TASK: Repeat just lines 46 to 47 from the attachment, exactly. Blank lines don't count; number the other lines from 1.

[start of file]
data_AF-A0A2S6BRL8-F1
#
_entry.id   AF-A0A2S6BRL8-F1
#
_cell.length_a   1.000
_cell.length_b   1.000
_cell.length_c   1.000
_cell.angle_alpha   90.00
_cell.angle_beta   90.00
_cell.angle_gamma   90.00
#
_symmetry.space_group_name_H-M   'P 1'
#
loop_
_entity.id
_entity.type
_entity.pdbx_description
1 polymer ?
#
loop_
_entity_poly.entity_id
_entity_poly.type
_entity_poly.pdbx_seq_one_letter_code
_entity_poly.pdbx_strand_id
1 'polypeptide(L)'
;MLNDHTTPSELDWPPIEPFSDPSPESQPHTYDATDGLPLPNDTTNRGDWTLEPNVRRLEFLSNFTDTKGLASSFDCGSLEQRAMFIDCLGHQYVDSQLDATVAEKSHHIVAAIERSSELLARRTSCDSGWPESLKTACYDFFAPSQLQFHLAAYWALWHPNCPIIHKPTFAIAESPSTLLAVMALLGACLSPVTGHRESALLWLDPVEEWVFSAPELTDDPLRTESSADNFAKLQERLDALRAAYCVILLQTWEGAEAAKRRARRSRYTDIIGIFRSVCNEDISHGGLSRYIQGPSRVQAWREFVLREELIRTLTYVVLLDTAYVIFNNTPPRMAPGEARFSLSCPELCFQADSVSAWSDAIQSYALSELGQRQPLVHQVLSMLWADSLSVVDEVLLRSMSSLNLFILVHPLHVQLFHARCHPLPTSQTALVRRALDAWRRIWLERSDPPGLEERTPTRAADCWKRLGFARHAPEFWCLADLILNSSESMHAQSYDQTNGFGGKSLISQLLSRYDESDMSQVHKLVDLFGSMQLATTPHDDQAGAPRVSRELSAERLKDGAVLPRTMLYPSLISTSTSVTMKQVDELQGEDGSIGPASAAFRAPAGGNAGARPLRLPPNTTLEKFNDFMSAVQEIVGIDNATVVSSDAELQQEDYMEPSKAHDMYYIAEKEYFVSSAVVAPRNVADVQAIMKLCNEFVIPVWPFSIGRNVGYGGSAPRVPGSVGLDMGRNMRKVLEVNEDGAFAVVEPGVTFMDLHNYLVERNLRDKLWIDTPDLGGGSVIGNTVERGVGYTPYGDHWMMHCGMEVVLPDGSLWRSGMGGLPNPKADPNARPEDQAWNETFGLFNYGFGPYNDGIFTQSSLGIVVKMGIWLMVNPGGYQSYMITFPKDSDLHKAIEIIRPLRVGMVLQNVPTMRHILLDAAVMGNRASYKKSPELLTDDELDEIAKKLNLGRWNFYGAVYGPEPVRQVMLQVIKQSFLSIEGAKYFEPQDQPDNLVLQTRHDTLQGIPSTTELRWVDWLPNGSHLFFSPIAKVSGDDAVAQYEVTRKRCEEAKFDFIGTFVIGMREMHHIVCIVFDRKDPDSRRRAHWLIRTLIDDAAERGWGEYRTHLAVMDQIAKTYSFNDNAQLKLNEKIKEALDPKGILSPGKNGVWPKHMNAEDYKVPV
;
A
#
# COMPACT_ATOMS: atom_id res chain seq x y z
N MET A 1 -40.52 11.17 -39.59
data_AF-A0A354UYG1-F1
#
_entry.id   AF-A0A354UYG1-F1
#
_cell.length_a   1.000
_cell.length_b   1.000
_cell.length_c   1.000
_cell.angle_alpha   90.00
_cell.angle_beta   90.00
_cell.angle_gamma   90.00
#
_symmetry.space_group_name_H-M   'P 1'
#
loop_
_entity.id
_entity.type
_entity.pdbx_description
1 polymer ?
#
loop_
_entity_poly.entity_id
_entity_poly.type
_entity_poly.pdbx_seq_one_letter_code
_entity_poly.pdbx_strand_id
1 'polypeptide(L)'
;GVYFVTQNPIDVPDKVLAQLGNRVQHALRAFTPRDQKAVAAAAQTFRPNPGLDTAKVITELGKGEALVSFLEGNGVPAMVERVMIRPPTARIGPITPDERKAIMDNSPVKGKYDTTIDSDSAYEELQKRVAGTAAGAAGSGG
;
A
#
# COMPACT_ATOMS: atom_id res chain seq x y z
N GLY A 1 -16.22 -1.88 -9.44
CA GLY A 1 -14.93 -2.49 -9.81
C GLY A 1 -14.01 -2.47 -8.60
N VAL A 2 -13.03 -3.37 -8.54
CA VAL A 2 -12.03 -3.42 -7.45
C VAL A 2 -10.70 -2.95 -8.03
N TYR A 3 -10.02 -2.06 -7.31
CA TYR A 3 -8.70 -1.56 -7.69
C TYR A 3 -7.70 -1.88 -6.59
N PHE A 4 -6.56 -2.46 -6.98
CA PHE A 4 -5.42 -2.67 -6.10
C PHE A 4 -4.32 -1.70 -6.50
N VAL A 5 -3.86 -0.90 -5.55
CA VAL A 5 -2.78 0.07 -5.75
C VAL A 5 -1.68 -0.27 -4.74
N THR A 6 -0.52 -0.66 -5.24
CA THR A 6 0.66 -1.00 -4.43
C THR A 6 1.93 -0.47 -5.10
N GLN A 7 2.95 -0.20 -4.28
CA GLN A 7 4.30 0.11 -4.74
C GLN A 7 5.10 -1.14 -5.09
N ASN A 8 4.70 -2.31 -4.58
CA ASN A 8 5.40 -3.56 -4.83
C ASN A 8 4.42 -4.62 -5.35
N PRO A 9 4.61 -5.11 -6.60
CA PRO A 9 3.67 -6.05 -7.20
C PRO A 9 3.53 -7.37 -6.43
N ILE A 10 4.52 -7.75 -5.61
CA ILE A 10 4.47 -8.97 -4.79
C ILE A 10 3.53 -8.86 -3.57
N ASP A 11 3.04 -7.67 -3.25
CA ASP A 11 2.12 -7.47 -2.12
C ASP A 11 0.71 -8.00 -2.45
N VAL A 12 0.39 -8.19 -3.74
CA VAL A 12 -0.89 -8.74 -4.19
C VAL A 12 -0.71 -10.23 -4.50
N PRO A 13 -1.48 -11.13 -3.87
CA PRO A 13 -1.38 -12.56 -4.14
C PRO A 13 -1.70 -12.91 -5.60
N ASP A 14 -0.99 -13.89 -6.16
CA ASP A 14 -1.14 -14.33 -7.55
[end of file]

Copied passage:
_entity.id
_entity.type